CES 2019 is in full swing, and the Tom's Guide crew has hit the ground running in order to bring you the latest and greatest advancements in consumer tech this year. From TV screens that double as speakers, to smartwatches that never run out of juice, to gaming laptops that transform into desktop replacements, there's something to tantalize just about every techie's palate.
Here are a few highlights from the first day of the convention — and remember, the show has only just begun.
LG's 88-inch 8K TV doubles as a giant speaker
Cramming good sound into flatscreen TVs has never been easy, but last year, Sony came up with a novel approach: Use the screen itself to broadcast sound. Now, LG has jumped on the bandwagon with its Crystal Sound OLED display. The screen on this 88-inch UHD TV produces 3.2.2-channel Dolby Atmos sound without the need for any internal speakers or external soundbars, making the gadget both elegant and functional.
Matrix PowerWatch 2 (almost) never needs charging
Environmentalists have pointed out for a long time that the biggest source of energy in our solar system — the sun — is woefully underused to power our society. The Matrix PowerWatch 2 is a smartwatch that wants to rectify that. The device uses solar power, as well as a user's body heat, to keep its battery charged almost indefinitely. That's a good thing, since it means you can use its fitness tracking, GPS and heart rate monitor capabilities without ever having to worry about plugging it in.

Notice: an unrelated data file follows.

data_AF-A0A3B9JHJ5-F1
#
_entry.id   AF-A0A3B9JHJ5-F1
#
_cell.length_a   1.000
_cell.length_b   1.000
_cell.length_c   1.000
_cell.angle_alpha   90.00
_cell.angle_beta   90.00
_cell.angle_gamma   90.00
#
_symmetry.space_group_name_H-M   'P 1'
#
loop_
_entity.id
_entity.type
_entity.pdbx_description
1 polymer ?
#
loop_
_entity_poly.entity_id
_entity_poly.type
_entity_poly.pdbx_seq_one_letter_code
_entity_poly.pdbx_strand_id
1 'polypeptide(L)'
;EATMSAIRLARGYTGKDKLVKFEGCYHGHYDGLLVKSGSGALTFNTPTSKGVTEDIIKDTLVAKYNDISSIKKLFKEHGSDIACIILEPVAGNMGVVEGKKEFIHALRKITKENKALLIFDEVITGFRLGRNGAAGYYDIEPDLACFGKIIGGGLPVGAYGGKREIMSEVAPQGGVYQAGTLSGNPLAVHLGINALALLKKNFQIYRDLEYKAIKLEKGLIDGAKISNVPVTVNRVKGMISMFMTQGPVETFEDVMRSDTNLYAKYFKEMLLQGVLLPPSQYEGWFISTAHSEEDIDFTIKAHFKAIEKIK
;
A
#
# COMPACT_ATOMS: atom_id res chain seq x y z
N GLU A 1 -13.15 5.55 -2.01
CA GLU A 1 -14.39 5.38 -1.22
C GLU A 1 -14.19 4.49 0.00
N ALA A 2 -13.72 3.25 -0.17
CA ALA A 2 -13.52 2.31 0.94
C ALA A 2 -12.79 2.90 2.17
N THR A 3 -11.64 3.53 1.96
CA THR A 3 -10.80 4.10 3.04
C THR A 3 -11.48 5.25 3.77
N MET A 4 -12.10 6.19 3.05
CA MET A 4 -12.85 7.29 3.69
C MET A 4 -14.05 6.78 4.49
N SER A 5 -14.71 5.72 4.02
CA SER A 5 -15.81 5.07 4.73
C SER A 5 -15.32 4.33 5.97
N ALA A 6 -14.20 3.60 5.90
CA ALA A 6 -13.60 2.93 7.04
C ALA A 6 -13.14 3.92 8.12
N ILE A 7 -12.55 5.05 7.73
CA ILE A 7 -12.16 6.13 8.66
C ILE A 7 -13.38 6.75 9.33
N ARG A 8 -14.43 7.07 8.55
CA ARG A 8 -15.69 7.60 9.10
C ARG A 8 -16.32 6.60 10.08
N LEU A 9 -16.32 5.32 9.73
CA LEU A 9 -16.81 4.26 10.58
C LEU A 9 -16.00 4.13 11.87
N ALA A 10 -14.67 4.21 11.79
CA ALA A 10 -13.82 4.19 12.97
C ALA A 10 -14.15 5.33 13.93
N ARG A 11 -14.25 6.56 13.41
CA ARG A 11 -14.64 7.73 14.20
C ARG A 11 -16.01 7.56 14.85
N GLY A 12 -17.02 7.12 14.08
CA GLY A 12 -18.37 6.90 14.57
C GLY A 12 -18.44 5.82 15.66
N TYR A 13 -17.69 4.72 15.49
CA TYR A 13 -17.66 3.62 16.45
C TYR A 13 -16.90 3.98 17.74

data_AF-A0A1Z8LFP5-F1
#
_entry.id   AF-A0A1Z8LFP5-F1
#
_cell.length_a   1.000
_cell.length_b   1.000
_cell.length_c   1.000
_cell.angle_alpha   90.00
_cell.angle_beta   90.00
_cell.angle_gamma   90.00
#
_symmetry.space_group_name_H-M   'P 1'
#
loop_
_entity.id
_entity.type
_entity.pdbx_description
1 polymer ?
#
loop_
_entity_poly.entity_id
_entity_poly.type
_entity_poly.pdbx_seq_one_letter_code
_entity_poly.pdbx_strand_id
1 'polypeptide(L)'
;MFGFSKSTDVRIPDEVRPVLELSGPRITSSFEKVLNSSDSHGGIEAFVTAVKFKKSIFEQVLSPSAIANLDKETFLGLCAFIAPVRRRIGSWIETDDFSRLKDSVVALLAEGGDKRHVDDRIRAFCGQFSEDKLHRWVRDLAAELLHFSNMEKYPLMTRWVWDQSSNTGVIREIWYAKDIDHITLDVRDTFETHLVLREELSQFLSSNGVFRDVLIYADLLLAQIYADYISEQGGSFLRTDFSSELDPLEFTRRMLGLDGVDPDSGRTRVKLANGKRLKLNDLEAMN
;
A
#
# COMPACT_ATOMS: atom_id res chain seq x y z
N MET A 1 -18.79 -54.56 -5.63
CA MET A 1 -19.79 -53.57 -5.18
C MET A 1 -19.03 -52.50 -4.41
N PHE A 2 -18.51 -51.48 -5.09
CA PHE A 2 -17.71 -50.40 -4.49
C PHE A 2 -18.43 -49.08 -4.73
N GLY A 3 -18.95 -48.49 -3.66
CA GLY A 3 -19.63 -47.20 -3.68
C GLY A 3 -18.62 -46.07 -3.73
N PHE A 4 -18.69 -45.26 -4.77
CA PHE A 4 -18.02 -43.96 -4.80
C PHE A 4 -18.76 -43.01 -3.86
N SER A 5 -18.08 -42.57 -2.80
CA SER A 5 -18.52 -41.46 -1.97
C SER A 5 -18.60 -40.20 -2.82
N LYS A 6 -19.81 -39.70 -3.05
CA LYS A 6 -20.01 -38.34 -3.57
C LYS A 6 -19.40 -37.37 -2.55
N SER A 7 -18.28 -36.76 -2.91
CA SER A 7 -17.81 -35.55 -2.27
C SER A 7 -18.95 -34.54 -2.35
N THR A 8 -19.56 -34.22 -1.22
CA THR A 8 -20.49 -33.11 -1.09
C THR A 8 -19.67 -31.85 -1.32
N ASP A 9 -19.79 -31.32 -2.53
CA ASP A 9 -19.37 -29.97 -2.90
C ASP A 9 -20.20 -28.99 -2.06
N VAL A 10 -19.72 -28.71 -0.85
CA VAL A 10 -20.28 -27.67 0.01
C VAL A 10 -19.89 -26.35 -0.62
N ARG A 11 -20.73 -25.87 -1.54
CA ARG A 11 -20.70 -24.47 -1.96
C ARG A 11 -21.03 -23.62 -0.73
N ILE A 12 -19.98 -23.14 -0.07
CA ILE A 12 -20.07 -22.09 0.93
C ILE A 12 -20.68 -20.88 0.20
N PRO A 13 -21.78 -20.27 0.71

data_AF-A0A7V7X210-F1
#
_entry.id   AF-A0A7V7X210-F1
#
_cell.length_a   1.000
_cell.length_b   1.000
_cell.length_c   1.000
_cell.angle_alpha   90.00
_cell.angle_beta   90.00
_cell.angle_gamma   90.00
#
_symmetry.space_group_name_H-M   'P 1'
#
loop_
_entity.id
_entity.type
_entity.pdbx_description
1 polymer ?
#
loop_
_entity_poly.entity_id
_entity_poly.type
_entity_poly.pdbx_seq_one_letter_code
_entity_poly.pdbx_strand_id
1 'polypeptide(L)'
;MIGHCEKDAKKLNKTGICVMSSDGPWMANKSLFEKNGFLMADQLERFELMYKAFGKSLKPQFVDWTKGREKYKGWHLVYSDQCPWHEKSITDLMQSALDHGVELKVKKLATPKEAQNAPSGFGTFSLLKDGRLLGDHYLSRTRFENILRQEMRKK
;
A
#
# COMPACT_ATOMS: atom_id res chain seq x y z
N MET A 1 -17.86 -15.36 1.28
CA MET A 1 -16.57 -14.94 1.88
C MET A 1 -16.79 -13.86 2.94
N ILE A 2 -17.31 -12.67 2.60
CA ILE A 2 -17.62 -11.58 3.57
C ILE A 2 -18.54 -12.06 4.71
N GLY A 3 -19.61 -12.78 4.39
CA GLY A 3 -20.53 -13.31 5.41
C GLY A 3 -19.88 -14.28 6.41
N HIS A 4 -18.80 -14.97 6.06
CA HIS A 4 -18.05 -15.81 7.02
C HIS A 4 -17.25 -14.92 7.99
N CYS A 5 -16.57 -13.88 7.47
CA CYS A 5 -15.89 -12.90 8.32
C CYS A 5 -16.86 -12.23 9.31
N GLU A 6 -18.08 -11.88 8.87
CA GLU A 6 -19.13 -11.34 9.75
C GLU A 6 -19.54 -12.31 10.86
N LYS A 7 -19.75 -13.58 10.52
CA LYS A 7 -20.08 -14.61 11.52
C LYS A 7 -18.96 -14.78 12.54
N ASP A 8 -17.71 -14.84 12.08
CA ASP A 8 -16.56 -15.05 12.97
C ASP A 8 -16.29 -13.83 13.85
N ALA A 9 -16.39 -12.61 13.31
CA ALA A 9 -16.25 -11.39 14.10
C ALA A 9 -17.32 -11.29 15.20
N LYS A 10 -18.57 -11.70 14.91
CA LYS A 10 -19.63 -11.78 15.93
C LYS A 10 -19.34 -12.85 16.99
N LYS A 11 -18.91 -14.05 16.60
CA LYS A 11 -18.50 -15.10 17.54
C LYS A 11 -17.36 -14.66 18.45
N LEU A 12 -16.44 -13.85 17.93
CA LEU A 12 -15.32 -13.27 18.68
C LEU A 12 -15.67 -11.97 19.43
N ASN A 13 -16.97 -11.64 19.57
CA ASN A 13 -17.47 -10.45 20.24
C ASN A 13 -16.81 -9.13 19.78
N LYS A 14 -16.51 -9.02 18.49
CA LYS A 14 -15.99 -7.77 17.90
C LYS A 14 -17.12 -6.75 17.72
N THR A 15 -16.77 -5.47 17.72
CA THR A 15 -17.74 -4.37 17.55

Samsung's modular MicroLED Window TV debuts
Manufactuers have spent years demonstrating that they know how to make really good, large TVs. But what about small ones? Samsung's modular MicroLED tech wants to take the TV experience out of the living room and move it, well, anywhere you want, really. Using small, customizable tiles, you can assemble a screen to fit almost any size and configuration, and the tiles will set the resolution for you automatically. This means you can take your tech with you into the kitchen, bathroom, ceiling — it's up to you.
Asus ROG Mothership is both a laptop and a desktop
Gaming laptops usually cost a lot. As such, it's often hard to justify buying a desktop, too. The Asus ROG Mothership is one of the first laptops that actively tries to split the difference, with a detachable monitor and a standalone keyboard. You can snap the ROG Mothership together and use it as a traditional laptop, or rest the screen on a kickstand, bring the keyboard in close, and play the setup like a desktop. It's up to you, and effortless to switch.
Nvidia RTX 2060 makes ray tracing affordable
Nvidia has made much of the innovative ray-tracing technology in its graphics cards. But up until now, the feature — which offers much more subtle, responsive lighting in big-budget games — has only been available in very expensive GPUs. The GeForce RTX 2060, which will debut at $349, will hopefully bring the technology to the masses. And, in turn, more developers may start embracing it.
HP debuts AMD-powered Chromebook
Chromebooks are at their best when they're inexpensive, but that's often difficult to pull off with costly Intel processors. As such, HP has turned to AMD for the HP Chromebook 14, which will run on an AMD A4 or A6 CPU, with Radeon R4 or R5 GPUs built right in. The least expensive system costs $269, and should still deliver more than enough power for everyday productivity and browsing.
Stay tuned for more CES coverage, including hands-on posts from the show, and daily recaps on the front page.
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Marshall Honorof is a senior editor for Tom's Guide, overseeing the site's coverage of gaming hardware and software. He comes from a science writing background, having studied paleomammalogy, biological anthropology, and the history of science and technology. After hours, you can find him practicing taekwondo or doing deep dives on classic sci-fi.